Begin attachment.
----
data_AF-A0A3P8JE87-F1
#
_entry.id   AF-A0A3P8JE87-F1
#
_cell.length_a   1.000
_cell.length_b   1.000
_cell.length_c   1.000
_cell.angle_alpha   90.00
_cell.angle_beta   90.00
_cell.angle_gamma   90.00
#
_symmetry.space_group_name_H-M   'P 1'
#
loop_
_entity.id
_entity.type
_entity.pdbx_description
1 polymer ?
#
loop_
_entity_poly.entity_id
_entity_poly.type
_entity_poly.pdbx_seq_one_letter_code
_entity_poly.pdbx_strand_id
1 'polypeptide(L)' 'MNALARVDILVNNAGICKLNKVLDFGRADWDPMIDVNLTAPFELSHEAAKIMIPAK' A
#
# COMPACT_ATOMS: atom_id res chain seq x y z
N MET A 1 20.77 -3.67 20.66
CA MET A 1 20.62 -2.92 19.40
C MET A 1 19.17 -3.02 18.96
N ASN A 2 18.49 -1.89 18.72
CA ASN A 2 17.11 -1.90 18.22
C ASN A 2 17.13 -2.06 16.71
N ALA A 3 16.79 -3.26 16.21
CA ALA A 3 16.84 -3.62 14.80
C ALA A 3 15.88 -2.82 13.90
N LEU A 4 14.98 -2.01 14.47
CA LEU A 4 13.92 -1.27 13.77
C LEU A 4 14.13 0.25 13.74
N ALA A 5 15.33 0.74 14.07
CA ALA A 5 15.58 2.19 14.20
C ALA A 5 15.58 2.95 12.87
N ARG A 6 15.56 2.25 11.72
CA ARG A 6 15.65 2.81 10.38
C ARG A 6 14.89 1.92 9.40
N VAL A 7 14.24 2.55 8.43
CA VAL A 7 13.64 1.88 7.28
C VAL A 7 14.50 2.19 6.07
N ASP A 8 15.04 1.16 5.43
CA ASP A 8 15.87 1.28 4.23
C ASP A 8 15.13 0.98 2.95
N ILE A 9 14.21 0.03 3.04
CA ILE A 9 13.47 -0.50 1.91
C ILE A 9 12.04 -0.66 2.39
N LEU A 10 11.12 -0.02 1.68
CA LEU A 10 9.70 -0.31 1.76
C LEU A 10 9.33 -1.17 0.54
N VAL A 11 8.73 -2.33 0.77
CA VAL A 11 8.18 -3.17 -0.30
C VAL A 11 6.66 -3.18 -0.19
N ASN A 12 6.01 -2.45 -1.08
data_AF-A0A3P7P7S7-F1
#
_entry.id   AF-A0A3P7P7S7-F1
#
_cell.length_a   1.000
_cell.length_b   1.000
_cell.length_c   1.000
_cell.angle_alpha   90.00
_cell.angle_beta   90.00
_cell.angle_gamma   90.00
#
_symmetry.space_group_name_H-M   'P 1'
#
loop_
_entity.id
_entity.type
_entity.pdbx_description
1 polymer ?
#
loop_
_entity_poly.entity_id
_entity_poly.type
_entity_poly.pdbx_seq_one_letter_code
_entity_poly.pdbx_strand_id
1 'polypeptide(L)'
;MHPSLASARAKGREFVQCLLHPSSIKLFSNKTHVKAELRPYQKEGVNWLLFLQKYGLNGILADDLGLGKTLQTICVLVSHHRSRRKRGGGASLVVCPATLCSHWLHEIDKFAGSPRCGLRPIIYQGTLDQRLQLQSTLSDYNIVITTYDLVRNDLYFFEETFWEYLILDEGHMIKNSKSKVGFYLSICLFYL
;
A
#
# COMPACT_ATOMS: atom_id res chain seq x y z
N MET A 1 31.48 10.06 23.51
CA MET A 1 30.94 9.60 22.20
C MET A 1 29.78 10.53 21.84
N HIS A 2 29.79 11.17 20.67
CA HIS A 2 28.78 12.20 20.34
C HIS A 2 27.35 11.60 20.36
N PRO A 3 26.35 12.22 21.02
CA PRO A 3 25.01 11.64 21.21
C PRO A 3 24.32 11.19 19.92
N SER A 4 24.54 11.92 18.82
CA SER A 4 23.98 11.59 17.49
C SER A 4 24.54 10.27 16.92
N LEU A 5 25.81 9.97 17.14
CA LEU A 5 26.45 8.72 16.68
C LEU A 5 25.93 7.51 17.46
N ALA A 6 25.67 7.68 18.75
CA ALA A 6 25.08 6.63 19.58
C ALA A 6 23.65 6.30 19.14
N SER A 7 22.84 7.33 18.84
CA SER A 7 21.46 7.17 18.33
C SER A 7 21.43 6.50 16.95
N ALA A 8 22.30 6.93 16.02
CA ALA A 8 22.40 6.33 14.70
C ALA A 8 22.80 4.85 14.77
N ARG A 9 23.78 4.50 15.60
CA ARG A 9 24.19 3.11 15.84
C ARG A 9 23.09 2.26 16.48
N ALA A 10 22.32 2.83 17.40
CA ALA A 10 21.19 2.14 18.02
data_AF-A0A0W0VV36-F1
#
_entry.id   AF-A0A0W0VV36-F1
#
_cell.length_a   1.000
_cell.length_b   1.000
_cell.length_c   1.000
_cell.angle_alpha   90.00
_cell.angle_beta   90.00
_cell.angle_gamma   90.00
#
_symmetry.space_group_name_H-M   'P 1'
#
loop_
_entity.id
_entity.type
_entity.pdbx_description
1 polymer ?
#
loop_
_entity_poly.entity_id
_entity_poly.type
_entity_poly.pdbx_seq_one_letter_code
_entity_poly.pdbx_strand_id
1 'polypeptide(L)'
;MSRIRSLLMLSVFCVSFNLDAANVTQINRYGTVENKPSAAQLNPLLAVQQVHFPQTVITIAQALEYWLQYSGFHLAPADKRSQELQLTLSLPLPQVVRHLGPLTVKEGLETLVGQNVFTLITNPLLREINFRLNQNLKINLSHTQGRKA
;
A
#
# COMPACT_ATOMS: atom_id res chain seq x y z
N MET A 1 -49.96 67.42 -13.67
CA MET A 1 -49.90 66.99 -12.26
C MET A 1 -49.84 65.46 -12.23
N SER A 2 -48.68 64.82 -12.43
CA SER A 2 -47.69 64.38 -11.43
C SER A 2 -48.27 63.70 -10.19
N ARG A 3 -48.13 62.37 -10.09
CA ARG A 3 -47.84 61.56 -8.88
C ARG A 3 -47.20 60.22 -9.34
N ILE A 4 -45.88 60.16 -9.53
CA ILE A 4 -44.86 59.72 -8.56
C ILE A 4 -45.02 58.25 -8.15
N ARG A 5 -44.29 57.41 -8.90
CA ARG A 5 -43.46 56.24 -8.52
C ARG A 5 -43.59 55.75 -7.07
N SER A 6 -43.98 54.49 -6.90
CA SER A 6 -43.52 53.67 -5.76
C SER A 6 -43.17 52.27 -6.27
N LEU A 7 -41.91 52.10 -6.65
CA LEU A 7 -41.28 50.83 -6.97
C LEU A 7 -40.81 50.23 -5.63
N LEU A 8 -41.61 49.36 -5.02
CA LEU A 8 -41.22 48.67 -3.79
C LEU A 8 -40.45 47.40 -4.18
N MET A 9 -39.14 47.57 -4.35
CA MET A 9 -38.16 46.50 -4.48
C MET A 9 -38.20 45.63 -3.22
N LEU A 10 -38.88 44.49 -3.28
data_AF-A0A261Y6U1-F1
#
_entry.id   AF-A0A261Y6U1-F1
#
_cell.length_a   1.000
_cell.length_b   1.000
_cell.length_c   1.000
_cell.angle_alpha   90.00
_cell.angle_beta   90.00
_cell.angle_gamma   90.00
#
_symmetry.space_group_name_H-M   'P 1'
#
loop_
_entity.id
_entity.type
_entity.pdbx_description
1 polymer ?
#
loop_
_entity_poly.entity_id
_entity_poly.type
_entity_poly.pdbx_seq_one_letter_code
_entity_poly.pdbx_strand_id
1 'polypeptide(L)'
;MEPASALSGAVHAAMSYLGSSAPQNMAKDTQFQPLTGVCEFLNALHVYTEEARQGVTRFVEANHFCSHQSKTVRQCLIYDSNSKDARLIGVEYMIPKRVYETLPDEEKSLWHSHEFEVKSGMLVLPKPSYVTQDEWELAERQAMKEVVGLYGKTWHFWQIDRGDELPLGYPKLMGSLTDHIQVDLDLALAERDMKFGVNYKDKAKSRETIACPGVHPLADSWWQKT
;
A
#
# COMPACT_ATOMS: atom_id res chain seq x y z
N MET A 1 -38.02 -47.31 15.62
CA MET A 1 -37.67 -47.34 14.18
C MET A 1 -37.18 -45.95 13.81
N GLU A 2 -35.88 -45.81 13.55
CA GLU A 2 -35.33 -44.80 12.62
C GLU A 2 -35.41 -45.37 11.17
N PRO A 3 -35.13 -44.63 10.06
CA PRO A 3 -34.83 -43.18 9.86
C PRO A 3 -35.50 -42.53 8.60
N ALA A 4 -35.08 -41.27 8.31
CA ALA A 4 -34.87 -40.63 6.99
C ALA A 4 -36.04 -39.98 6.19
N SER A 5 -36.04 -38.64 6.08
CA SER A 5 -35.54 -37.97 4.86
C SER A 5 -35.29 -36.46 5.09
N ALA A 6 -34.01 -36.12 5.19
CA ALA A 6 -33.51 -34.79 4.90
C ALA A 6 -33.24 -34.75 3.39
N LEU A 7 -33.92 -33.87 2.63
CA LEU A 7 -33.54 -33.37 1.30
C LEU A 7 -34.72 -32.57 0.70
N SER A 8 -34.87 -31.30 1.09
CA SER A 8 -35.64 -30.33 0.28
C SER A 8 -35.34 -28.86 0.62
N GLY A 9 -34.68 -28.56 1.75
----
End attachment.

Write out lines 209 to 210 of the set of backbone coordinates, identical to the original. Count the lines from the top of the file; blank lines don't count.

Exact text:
N MET A 1 -38.02 -47.31 15.62
CA MET A 1 -37.67 -47.34 14.18